Judy O'Brien is an aspiring ballerina in a dance troupe. Also in the company is Bubbles, a brash mantrap who leaves the struggling troupe for a career in burlesque. When the company ... See full summary »
Roy Del Ruth
Television viewer seeing this for the first time: Gee whiz, it's in black-and-white and was made in the 40's and is about crime and...Eureka!...another "noir" film is discovered. How about ... See full summary »
Danville, Connecticut at the turn of the century. Young Richard Miller lives in a middle-class neighborhood with his family. He is in love with the girl next-door, Muriel, but her father ... See full summary »
A man on a fishing trip with three of his friends receives a blow to the head that makes him lose his memory. Three years later it all comes back to him, but on the day it does one of the men who was on the trip with him turns up dead.
Near the end of WW II, a member of the German underground (Martin Richter) escapes from the Gestapo and takes shelter at Hotel Berlin, where he meets Lisa Dorn, a sleek actress involved ... See full summary »
Adolf Hitler, Benito and Suki Yaki are placed in a series of Three-Stooges routines, with the premise that the Board of Directors of Hell has put the Devil on notice they intend to replace ... See full summary »
George E. Stone
Burlesque queen Doll Face Carroll is dismissed from an audition for a legitimate Broadway show because she lacks culture. Her boss/manager Mike decides that she can get both culture and plenty of publicity by writing her autobiography. He hires a ghost writer to do all the work, but doesn't count on the possibility that Doll Face and her collaborator might have more than a book on their minds. Written by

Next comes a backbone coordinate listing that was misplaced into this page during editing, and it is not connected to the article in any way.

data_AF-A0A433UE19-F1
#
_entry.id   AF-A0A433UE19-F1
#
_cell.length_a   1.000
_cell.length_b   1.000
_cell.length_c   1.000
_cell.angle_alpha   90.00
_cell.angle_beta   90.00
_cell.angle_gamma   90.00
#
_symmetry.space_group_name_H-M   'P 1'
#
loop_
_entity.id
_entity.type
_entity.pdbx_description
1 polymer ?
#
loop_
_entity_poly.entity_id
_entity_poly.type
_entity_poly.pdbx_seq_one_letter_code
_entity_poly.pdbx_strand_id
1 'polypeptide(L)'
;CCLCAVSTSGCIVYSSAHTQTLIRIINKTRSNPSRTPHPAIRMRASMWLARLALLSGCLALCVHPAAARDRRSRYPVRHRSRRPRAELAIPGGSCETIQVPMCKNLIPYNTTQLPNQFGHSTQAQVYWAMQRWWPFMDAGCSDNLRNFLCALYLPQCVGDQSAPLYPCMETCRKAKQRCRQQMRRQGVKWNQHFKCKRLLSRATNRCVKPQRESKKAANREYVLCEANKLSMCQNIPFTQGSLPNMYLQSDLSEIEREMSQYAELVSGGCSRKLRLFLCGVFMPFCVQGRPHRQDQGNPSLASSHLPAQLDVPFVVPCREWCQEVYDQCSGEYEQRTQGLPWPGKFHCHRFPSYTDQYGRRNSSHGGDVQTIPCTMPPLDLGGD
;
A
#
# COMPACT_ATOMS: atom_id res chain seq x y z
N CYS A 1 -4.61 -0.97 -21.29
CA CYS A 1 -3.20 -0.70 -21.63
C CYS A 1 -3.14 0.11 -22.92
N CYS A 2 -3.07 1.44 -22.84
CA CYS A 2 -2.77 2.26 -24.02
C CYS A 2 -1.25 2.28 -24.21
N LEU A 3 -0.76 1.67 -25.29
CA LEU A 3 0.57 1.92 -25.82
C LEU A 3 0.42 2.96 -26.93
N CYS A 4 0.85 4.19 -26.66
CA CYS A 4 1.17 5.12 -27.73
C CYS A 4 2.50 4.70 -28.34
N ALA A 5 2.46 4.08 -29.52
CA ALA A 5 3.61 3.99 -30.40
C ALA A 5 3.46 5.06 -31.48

Daniel Bubbeo <DanNGM@aol.com>
The hit swing-novelty number from the Jimmy McHugh-Harold Adamson score, the wisecracking, very 1940s "Dig You Later (A Hubba-Hubba-Hubba)," was performed in the film as a duet by Perry Como and Martha Stewart. Como's best-selling single on the Victor label would supplant Miss Stewart with a vocal quartet, The Satisfiers, whose lead singer was Helen Carroll. Curiously, Miss Stewart was recording for RCA Victor at the time. See more »
A woman needs a man. You are a man, aren't you?
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Where's Carmen's Tutti-Frutti Hat When You Need It?
I started to read a fellow critique of this and stopped, but I too am writing this to let you Miranda fans that this isn't the movie for you, if you want Carmen, Carmen, and more Carmen! She sings one song I think in this movie based on a book written by Louise Hovick AKA Gypsy Rose Lee. You see, there's this stripper, played by Vivian Blaine, who can't get a job out of the business to go legitimate, because, in auditions when they find out who she is, they don't want an ex-stripper in their stage play/musical. So, she and her boyfriend/manager Dennis O'Keefe decide she needs to write a book to get respect and hire a ghost writer to help her.
Perry Como is on hand with his smooth voice, but while the movie has its moments, there aren't enough good songs or Miranda to get really excited about or to really recommend it.
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